Chile Pepper

Growing Thai Hot Peppers

Growing Thai Hot Peppers means you’re growing a delight.  The low-growing plant blossoms profusely and produces a bounty of bright red peppers, pointing upwards.

A Little About the Peppers

Thai Hot PepperThai Hot is equally at home in a container or in the ground.  A three-gallon container will suit this pretty little pepper just fine.  You might even be able to get away with a 1-gallon container, if you keep it well-watered and fertilized.

I have the plant in the photo (and by the way, you can click on the photo to see a larger picture) growing in the ground, and it’s about 8-inches tall.  It’s also spread about 7 inches in diameter.

Now in the photo you only see 3 red peppers, but see all those blossoms and blossom buds?  In a couple of weeks, the plant will be covered with peppers.

Can You Eat the Peppers?

Sure you can, but be warned –they aren’t called “Thai Hot” for nothing!  One chopped pepper (with seeds) can easily season a large bowl of chili.

Speaking of the peppers, they are only about 3/4″ tall.  They aren’t large, but they are potent.

But the charm of these peppers is ornamental.  They make a great garden border, looking like bright red flowers.  And of course, you could each day pick a few of the peppers in the border and you’d never see a difference.

Growing Thai Hot Peppers

My pepper plant survived some very chilly weather early this season, with temperatures down in the 30’s.  It was a little sad-looking until the cold weather passed, but then came back admirably.

As with all chile peppers, they like warm weather and plenty of sunshine.  I mentioned that you can grow these in containers easily, and Thai Hot could certainly be grown indoors under lights.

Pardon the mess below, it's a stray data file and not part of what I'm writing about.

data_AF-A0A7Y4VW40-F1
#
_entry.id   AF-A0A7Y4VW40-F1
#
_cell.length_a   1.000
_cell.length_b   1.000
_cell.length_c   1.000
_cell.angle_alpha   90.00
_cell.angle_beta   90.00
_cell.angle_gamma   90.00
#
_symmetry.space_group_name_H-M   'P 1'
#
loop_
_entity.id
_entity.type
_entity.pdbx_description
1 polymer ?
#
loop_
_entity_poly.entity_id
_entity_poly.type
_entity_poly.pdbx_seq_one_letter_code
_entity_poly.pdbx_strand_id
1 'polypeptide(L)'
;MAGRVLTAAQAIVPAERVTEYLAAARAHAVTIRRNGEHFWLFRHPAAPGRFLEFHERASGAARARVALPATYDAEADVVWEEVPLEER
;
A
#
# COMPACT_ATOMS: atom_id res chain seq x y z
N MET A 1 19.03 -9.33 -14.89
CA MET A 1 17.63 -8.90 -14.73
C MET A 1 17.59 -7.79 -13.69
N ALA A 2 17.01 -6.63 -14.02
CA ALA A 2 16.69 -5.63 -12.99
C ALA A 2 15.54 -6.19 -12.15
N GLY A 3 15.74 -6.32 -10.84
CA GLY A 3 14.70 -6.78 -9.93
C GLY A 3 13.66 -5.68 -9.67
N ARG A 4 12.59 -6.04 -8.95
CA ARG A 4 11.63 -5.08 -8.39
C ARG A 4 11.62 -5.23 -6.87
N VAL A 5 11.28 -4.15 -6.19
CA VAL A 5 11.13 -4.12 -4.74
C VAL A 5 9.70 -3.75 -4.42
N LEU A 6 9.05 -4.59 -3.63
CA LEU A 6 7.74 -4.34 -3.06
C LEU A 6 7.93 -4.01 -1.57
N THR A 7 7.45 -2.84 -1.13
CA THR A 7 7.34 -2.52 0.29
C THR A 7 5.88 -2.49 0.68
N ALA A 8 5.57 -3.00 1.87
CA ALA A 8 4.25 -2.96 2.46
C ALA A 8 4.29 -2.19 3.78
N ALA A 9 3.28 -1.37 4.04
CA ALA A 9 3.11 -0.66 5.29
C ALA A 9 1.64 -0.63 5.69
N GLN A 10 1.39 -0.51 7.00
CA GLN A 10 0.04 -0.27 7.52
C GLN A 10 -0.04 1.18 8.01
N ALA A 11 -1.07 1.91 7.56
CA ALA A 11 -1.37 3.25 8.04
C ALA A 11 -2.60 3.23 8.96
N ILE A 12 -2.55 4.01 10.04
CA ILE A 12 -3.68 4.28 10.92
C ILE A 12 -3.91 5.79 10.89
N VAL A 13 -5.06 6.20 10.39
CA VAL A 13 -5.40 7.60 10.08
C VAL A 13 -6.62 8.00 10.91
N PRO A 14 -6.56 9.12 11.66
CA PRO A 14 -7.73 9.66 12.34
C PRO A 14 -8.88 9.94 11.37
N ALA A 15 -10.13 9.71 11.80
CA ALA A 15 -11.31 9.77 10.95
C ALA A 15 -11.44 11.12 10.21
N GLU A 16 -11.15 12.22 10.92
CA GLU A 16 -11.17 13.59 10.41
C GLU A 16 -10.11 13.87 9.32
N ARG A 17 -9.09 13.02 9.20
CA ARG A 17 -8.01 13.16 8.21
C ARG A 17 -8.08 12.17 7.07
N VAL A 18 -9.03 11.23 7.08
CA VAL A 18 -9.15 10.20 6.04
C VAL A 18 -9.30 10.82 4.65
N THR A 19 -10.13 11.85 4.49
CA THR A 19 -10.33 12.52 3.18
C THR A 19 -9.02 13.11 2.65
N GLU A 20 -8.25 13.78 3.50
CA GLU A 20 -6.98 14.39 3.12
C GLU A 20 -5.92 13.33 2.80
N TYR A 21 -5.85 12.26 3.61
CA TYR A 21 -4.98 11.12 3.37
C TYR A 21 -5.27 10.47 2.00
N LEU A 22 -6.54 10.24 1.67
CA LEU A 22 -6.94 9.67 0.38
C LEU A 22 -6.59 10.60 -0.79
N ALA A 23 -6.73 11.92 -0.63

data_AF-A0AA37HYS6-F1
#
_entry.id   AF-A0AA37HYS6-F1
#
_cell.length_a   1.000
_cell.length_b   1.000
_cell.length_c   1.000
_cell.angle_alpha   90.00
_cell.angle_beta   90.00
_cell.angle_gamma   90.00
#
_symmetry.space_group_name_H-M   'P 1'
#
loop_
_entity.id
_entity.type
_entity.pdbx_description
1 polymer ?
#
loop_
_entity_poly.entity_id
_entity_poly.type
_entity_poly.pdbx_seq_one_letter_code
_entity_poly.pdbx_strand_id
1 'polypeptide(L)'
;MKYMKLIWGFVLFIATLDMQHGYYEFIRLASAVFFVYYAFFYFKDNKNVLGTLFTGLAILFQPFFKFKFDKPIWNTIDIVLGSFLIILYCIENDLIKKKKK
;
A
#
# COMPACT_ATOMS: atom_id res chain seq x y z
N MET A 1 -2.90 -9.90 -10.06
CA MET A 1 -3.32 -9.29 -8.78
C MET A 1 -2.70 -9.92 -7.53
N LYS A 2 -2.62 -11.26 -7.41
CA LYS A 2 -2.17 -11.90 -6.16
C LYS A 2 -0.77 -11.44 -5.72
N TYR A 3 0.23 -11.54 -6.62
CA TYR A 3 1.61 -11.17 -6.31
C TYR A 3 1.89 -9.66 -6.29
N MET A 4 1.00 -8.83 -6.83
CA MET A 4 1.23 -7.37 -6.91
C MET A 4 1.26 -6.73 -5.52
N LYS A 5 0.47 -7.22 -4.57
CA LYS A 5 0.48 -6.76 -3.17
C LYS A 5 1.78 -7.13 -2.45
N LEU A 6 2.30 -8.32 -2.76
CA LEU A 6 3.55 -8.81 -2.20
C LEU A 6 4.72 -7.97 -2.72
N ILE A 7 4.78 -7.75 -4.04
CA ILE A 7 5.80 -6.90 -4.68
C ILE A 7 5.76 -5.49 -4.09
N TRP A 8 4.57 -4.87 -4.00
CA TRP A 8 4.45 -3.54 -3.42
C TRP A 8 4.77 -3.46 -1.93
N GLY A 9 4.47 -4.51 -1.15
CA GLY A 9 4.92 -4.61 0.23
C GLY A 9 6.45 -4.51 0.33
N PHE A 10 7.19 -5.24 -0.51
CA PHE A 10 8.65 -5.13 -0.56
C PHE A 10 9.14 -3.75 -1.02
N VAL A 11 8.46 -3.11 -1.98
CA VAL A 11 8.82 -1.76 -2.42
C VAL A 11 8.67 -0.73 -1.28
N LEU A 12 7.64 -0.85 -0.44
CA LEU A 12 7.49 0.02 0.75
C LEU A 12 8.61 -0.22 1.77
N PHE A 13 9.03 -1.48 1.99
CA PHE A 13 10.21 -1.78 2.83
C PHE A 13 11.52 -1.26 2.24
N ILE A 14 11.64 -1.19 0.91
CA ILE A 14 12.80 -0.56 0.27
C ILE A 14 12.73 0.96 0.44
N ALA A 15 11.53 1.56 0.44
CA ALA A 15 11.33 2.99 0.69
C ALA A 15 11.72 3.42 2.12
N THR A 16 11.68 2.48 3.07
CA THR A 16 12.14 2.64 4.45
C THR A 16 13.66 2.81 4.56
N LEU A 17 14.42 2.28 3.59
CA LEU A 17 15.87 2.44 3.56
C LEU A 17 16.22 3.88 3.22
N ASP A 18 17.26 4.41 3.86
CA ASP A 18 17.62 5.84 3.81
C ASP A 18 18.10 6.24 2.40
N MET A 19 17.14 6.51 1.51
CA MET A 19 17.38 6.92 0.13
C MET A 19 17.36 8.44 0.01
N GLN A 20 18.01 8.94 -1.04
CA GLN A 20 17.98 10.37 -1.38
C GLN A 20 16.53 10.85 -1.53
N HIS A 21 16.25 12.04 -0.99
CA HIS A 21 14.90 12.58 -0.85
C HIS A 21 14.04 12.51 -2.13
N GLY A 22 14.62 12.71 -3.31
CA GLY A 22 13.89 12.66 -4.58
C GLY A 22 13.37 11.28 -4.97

An an FYI, there is a larger variety, called Giant Thai Hot.  I haven’t tried it yet, but the peppers get to about 2″ long, instead of the normal 1/2 to 3/4 inches.  There’s also a version that has orange peppers instead of red.


Chile Pepper Seeds

It’s been quite cool here in South Florida during January, and now we’re set to get more near-freezing weather this week — it doesn’t bode well for chile peppers!  I’ve got one out in the garden already — Thai Hot — but none of my other chile seeds (except for Pretty Purple Pepper) have germinated.  My sweet peppers, on the other hand, have pretty much all germinated fine.

Hmm.

The Need for Heat

Thinking that warmth may be the issue (it’s been awfully cool inside the house as well), I decided to spring for a new [nmslink:seedling heat, seed germination heating pad].  If you’re not familiar with them, they provide a gentle heat to the bottom of the seed tray.  Think of these as heating pads for seeds!

Note:  you cannot use a regular “people” heating pad to warm your seeds — they are not designed to operate 24/7 and the seed germination pads are.  If you use a regular heating pad, you risk starting a fire (or at the very least developing hot spots and give too much heat to the little seeds).

Now my new one is about 20″ x 10″ in size, and I can put two of my 8″ x 8″ trays on it with room to spare.  I generally like only only do smaller trays, in cycles.  That way, while one tray is sprouted and enjoying the grow lights, I can be starting another set.

Today’s Chile Pepper Seeds

Some of today’s seeds are new (I just bought them recently) and some are from 10 years ago — treasured seeds that I can’t help but try and grow again.

The new seeds are:  Cambuci Hot, Jalapeno M, [nmslink:mustard habanero seed, Mustard Habanero], [nmslink:peter pepper seed, Peter Pepper] and [nmslink:bhut jolokia, Bhut Jolokia].

The older seeds are:  Tam Jalapeno, Jaloro, Hot-Banero and Brazillian Rainbow.  The last two especially, since they were both from saved seed in my garden.  Hot-Banero was the absolute hottest pepper I have ever grown and Brazillian Rainbow is rare.  I’d love to see how my Hot-Banero stacks up against Mustard Habanero and Bhut Jolokia!

Unfortunately, it’s going to be awhile before I really can expect any “action” from my plantings.  Chile seeds seem to take quite a bit longer than sweet peppers, so I’m thinking it will be around Valentine’s Day before I see the first of the chiles popping their heads above ground.

Germinating pepper seeds isn’t really hard, except for the waiting part.  But given my weather of late, I’d have to wait to plant them even if they were already sprouted and grown enough.